WORCESTER – After nearly a year of entertaining the idea of suing the state to secure fair funding for city schools, the School Committee will get the chance Thursday to vote on whether to move forward with the threat.
Committee member Dante Comparetto has submitted a motion seeking to join a lawsuit proposed by the Brockton schools, whose officials are hoping to attract more plaintiffs to bring the case forward.
Like Brockton, Worcester does not receive sufficient funding from the state to meet the district’s increasing needs, local school officials say. Brockton’s suit would attempt to force the state to change its funding formula to more accurately reflect the true costs that urban districts incur in educating large and challenging student populations.
Committee members have occasionally mentioned the possibility of pursuing legal action against the state during the past year, including at their last meeting on Feb. 1. The issue also came up at the committee’s meeting with Worcester’s legislative delegation Friday.
"It was good to hear the delegation being concerned about" the district’s precarious budget situation, Mr. Comparetto said. "But then you also had (state Senate President Harriette) Chandler saying the money’s just not there" to do anything about it, he added. "I think it’s time for us to really be decisive."
Should the School Committee vote for his motion, Worcester would become the first district to officially join the planned lawsuit, said Brockton School Committee Vice Chairman Thomas J. Minichiello Jr. But he said Brockton has also heard from other urban districts across the state that are informally in favor of the move. At a meeting a week and a half ago at Stonehill College in Easton, for instance, several districts, including Worcester, were represented and indicated their support for it.
Proponents of the lawsuit hope it will achieve the same result as McDuffy v. Secretary of the Executive Office of Education, an ultimately successful legal action from 1993 that similarly argued that the state was not fulfilling its constitutional obligation to provide an adequate education to all students, regardless of their level of wealth or poverty.
Compared to Worcester, Brockton has had an even worse time in recent years because of its state funding shortage, "and this year isn’t looking much better," Mr. Minichiello said. He blamed, in particular, the state’s recent change to the way it identifies "economically disadvantaged" students, which includes abandoning the free and reduced-price lunch status that Brockton had relied on to count families.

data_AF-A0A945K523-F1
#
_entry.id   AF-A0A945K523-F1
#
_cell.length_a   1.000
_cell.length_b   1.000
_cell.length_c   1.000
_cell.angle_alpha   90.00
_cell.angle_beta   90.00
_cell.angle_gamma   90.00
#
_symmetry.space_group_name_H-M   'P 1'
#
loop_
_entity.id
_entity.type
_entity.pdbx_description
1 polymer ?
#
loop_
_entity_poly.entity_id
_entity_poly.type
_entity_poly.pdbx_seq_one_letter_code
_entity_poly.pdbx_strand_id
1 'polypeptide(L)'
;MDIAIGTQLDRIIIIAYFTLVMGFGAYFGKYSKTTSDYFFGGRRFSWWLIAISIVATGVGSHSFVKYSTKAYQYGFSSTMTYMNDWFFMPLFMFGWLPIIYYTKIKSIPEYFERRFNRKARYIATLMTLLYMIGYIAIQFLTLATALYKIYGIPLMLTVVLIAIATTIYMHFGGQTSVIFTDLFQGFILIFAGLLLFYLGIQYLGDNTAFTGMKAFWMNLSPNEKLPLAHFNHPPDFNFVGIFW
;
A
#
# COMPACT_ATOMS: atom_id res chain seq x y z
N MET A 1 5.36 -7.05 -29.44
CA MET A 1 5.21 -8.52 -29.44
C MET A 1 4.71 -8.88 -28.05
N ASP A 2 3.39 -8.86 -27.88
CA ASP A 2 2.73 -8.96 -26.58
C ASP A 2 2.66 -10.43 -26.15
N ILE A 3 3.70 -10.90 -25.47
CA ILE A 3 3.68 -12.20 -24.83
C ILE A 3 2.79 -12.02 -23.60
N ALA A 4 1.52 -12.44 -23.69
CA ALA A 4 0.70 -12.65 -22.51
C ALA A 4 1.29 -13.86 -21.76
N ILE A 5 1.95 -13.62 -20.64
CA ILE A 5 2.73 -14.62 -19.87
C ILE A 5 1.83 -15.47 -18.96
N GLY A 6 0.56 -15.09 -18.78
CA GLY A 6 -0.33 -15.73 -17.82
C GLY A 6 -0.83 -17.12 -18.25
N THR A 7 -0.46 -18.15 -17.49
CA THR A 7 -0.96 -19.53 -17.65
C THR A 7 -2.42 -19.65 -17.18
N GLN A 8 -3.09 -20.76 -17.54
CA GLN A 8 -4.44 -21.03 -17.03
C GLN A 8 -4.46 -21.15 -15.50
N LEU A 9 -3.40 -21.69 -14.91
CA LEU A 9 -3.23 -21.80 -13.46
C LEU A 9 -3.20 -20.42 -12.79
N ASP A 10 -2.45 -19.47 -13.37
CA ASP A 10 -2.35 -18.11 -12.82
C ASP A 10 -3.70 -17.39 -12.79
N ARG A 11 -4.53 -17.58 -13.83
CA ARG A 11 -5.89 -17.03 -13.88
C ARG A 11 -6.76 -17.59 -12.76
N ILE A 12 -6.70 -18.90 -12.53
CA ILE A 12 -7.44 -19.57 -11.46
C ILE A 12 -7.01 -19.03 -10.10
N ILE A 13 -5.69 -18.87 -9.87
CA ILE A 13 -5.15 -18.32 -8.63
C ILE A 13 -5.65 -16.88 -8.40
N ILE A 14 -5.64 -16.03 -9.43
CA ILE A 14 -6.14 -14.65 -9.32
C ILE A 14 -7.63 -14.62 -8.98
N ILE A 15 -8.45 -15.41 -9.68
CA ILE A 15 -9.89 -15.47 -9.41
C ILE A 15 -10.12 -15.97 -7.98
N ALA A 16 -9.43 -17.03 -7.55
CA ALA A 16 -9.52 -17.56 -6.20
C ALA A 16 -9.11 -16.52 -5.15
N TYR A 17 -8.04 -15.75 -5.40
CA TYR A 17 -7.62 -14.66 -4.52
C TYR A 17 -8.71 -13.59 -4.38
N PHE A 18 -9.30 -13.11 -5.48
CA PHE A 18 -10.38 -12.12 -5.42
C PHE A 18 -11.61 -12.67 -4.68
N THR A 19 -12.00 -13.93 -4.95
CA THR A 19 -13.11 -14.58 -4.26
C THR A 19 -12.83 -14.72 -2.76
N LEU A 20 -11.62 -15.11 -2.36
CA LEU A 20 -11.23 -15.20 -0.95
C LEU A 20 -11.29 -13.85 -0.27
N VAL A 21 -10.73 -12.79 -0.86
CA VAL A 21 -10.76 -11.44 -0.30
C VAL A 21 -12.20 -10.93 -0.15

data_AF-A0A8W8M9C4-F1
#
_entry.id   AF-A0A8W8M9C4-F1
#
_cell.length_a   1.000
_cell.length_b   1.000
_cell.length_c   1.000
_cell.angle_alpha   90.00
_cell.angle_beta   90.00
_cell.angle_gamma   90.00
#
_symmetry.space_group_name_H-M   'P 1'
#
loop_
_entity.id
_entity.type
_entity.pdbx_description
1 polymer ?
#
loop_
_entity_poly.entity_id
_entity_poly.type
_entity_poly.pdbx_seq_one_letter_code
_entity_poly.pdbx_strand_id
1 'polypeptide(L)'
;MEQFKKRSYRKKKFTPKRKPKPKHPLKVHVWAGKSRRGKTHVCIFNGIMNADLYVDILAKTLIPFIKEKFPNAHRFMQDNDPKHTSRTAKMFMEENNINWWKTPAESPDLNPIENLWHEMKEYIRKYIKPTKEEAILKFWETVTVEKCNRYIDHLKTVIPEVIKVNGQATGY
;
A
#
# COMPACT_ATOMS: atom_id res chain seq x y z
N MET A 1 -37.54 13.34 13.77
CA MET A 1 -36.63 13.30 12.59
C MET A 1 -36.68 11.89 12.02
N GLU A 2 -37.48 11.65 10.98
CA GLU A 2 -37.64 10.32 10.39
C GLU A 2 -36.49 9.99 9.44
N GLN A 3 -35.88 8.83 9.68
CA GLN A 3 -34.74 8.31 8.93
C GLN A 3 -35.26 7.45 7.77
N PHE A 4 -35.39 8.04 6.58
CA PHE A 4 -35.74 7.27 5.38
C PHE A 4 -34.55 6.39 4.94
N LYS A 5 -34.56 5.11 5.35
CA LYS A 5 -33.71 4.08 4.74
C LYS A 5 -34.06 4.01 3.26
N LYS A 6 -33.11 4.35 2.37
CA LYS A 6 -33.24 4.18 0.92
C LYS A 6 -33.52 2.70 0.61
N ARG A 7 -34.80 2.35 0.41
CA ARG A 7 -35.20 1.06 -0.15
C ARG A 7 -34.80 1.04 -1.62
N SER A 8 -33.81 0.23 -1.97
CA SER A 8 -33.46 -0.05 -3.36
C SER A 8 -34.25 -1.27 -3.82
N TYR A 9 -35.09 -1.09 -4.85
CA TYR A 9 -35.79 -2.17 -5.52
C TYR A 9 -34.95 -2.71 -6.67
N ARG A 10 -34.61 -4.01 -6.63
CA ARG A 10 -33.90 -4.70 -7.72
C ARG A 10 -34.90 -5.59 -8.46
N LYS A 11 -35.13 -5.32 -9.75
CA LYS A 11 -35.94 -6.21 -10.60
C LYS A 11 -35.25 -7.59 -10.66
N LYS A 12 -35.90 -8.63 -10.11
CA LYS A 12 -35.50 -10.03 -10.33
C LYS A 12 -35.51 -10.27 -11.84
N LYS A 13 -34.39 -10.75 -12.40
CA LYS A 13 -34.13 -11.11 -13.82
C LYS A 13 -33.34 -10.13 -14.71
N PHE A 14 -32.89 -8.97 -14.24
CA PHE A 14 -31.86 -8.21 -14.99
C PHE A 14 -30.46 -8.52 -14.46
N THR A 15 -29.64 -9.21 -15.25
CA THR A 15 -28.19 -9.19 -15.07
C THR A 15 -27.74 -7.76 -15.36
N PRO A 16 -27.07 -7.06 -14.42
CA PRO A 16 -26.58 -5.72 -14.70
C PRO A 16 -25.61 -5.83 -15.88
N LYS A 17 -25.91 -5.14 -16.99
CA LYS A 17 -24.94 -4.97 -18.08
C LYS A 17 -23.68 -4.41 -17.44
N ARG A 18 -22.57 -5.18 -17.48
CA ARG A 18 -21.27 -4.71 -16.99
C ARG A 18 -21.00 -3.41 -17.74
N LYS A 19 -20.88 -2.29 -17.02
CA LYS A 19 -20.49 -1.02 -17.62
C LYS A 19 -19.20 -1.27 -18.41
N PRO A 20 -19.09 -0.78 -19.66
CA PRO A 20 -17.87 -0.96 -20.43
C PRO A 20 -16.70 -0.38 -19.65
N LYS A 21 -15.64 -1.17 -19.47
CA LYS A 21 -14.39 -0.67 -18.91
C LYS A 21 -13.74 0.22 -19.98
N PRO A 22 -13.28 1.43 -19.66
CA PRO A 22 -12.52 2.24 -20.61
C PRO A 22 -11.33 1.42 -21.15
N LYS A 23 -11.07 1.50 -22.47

"Every year, we are losing millions of dollars, which is totally handicapping us in our ability to provide the basics" for students, he said, adding that the state, in effect, has fostered a "systemic bias" that shortchanges urban school systems such as Brockton that enroll mostly children from low-income families. "They (the state) are forcing this lawsuit … they’re putting us in a position where there’s no other choice."
Mr. Minichiello said Brockton is "feeling out some options" with its suit, including searching for a legal firm or law school that might be willing to help pro bono or at a reduced rate. Having Worcester enter the fray, he said, could help that effort, as it would potentially open up a new region in which to look for legal assistance.
In general, he said, "in order to be successful (with the suit), it can’t just be Brockton by itself. If we have the cooperation (of a) cross-section of communities in a like position, it bolsters our position that there’s a flaw in the funding formula."
Mr. Comparetto, who joined the Worcester School Committee last month after being elected for the first time in November, said he’s also hopeful the Legislature could still tackle the funding problem on its own. Last week, for instance, the Joint Committee on Education favorably voted out a bill from state Sen. Sonia Chang-Diaz that would establish a schedule to begin implementing the state-appointed Foundation Budget Review Commission’s 2015 recommendations to update the school funding formula.
That’s a promising development, Mr. Comparetto said, "but I still think it’s important to keep the pressure on the state. One way to get that message out loud and clear is to make a decision to join Brockton."